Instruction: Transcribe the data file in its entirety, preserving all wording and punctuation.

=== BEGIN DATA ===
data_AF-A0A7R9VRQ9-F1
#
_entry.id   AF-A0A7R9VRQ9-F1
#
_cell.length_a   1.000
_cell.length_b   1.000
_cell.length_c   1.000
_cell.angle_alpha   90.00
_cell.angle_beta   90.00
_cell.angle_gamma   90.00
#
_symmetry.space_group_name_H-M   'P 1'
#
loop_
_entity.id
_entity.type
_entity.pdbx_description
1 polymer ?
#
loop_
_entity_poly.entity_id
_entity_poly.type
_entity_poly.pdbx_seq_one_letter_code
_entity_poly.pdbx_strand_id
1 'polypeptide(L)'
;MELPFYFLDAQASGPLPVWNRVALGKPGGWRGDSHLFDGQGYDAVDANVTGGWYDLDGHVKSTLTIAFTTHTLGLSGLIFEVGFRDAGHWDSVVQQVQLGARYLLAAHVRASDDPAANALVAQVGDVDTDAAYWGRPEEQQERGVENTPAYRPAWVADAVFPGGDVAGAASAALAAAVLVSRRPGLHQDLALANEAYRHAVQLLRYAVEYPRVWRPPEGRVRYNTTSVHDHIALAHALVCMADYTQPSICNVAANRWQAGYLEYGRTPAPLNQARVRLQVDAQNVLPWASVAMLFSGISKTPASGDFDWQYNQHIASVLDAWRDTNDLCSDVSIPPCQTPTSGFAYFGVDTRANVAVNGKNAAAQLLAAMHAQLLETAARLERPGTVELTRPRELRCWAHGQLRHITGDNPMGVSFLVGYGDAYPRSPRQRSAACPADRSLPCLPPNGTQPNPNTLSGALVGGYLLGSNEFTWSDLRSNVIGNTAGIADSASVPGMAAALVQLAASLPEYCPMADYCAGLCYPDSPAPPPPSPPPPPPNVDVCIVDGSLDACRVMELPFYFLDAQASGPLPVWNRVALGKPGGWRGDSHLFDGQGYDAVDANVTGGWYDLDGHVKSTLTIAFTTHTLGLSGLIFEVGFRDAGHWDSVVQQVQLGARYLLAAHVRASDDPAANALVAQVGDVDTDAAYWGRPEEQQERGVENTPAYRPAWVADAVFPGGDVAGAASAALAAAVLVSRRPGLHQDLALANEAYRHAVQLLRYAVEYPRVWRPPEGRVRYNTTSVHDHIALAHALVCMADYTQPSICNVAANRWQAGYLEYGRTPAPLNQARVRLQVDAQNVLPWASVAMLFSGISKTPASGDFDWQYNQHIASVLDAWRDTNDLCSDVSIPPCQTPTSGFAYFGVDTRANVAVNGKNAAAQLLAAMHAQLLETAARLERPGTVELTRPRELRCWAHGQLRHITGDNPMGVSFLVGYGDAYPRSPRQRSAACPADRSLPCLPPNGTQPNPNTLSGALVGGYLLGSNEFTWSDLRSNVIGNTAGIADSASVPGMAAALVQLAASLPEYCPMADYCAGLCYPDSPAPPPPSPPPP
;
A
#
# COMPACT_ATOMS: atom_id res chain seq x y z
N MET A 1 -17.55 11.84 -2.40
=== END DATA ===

data_AF-A0A7R9VRQ9-F1
#
_entry.id   AF-A0A7R9VRQ9-F1
#
_cell.length_a   1.000
_cell.length_b   1.000
_cell.length_c   1.000
_cell.angle_alpha   90.00
_cell.angle_beta   90.00
_cell.angle_gamma   90.00
#
_symmetry.space_group_name_H-M   'P 1'
#
loop_
_entity.id
_entity.type
_entity.pdbx_description
1 polymer ?
#
loop_
_entity_poly.entity_id
_entity_poly.type
_entity_poly.pdbx_seq_one_letter_code
_entity_poly.pdbx_strand_id
1 'polypeptide(L)'
;MELPFYFLDAQASGPLPVWNRVALGKPGGWRGDSHLFDGQGYDAVDANVTGGWYDLDGHVKSTLTIAFTTHTLGLSGLIFEVGFRDAGHWDSVVQQVQLGARYLLAAHVRASDDPAANALVAQVGDVDTDAAYWGRPEEQQERGVENTPAYRPAWVADAVFPGGDVAGAASAALAAAVLVSRRPGLHQDLALANEAYRHAVQLLRYAVEYPRVWRPPEGRVRYNTTSVHDHIALAHALVCMADYTQPSICNVAANRWQAGYLEYGRTPAPLNQARVRLQVDAQNVLPWASVAMLFSGISKTPASGDFDWQYNQHIASVLDAWRDTNDLCSDVSIPPCQTPTSGFAYFGVDTRANVAVNGKNAAAQLLAAMHAQLLETAARLERPGTVELTRPRELRCWAHGQLRHITGDNPMGVSFLVGYGDAYPRSPRQRSAACPADRSLPCLPPNGTQPNPNTLSGALVGGYLLGSNEFTWSDLRSNVIGNTAGIADSASVPGMAAALVQLAASLPEYCPMADYCAGLCYPDSPAPPPPSPPPPPPNVDVCIVDGSLDACRVMELPFYFLDAQASGPLPVWNRVALGKPGGWRGDSHLFDGQGYDAVDANVTGGWYDLDGHVKSTLTIAFTTHTLGLSGLIFEVGFRDAGHWDSVVQQVQLGARYLLAAHVRASDDPAANALVAQVGDVDTDAAYWGRPEEQQERGVENTPAYRPAWVADAVFPGGDVAGAASAALAAAVLVSRRPGLHQDLALANEAYRHAVQLLRYAVEYPRVWRPPEGRVRYNTTSVHDHIALAHALVCMADYTQPSICNVAANRWQAGYLEYGRTPAPLNQARVRLQVDAQNVLPWASVAMLFSGISKTPASGDFDWQYNQHIASVLDAWRDTNDLCSDVSIPPCQTPTSGFAYFGVDTRANVAVNGKNAAAQLLAAMHAQLLETAARLERPGTVELTRPRELRCWAHGQLRHITGDNPMGVSFLVGYGDAYPRSPRQRSAACPADRSLPCLPPNGTQPNPNTLSGALVGGYLLGSNEFTWSDLRSNVIGNTAGIADSASVPGMAAALVQLAASLPEYCPMADYCAGLCYPDSPAPPPPSPPPP
;
A
#
# COMPACT_ATOMS: atom_id res chain seq x y z
N MET A 1 -17.55 11.84 -2.40